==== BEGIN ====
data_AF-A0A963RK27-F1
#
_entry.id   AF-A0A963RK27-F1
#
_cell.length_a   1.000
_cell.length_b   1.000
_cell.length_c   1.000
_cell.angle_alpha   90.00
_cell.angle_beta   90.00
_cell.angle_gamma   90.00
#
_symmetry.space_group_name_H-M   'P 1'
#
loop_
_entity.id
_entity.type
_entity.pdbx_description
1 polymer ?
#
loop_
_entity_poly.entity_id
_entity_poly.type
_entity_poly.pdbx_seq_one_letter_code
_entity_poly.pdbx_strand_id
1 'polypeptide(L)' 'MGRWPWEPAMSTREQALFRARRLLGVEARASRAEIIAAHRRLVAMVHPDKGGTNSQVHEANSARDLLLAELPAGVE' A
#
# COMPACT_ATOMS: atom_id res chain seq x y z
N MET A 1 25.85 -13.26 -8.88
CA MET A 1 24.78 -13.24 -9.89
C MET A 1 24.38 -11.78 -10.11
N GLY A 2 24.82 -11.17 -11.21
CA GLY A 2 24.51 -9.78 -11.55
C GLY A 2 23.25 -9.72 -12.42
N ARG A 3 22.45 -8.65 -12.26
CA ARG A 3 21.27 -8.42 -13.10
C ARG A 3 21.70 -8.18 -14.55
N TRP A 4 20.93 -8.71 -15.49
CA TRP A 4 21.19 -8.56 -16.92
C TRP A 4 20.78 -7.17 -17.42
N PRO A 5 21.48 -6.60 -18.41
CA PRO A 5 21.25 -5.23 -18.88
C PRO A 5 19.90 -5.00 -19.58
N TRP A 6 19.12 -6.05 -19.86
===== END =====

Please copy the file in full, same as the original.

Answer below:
data_AF-A0A963RK27-F1
#
_entry.id   AF-A0A963RK27-F1
#
_cell.length_a   1.000
_cell.length_b   1.000
_cell.length_c   1.000
_cell.angle_alpha   90.00
_cell.angle_beta   90.00
_cell.angle_gamma   90.00
#
_symmetry.space_group_name_H-M   'P 1'
#
loop_
_entity.id
_entity.type
_entity.pdbx_description
1 polymer ?
#
loop_
_entity_poly.entity_id
_entity_poly.type
_entity_poly.pdbx_seq_one_letter_code
_entity_poly.pdbx_strand_id
1 'polypeptide(L)' 'MGRWPWEPAMSTREQALFRARRLLGVEARASRAEIIAAHRRLVAMVHPDKGGTNSQVHEANSARDLLLAELPAGVE' A
#
# COMPACT_ATOMS: atom_id res chain seq x y z
N MET A 1 25.85 -13.26 -8.88
CA MET A 1 24.78 -13.24 -9.89
C MET A 1 24.38 -11.78 -10.11
N GLY A 2 24.82 -11.17 -11.21
CA GLY A 2 24.51 -9.78 -11.55
C GLY A 2 23.25 -9.72 -12.42
N ARG A 3 22.45 -8.65 -12.26
CA ARG A 3 21.27 -8.42 -13.10
C ARG A 3 21.70 -8.18 -14.55
N TRP A 4 20.93 -8.71 -15.49
CA TRP A 4 21.19 -8.56 -16.92
C TRP A 4 20.78 -7.17 -17.42
N PRO A 5 21.48 -6.60 -18.41
CA PRO A 5 21.25 -5.23 -18.88
C PRO A 5 19.90 -5.00 -19.58
N TRP A 6 19.12 -6.05 -19.86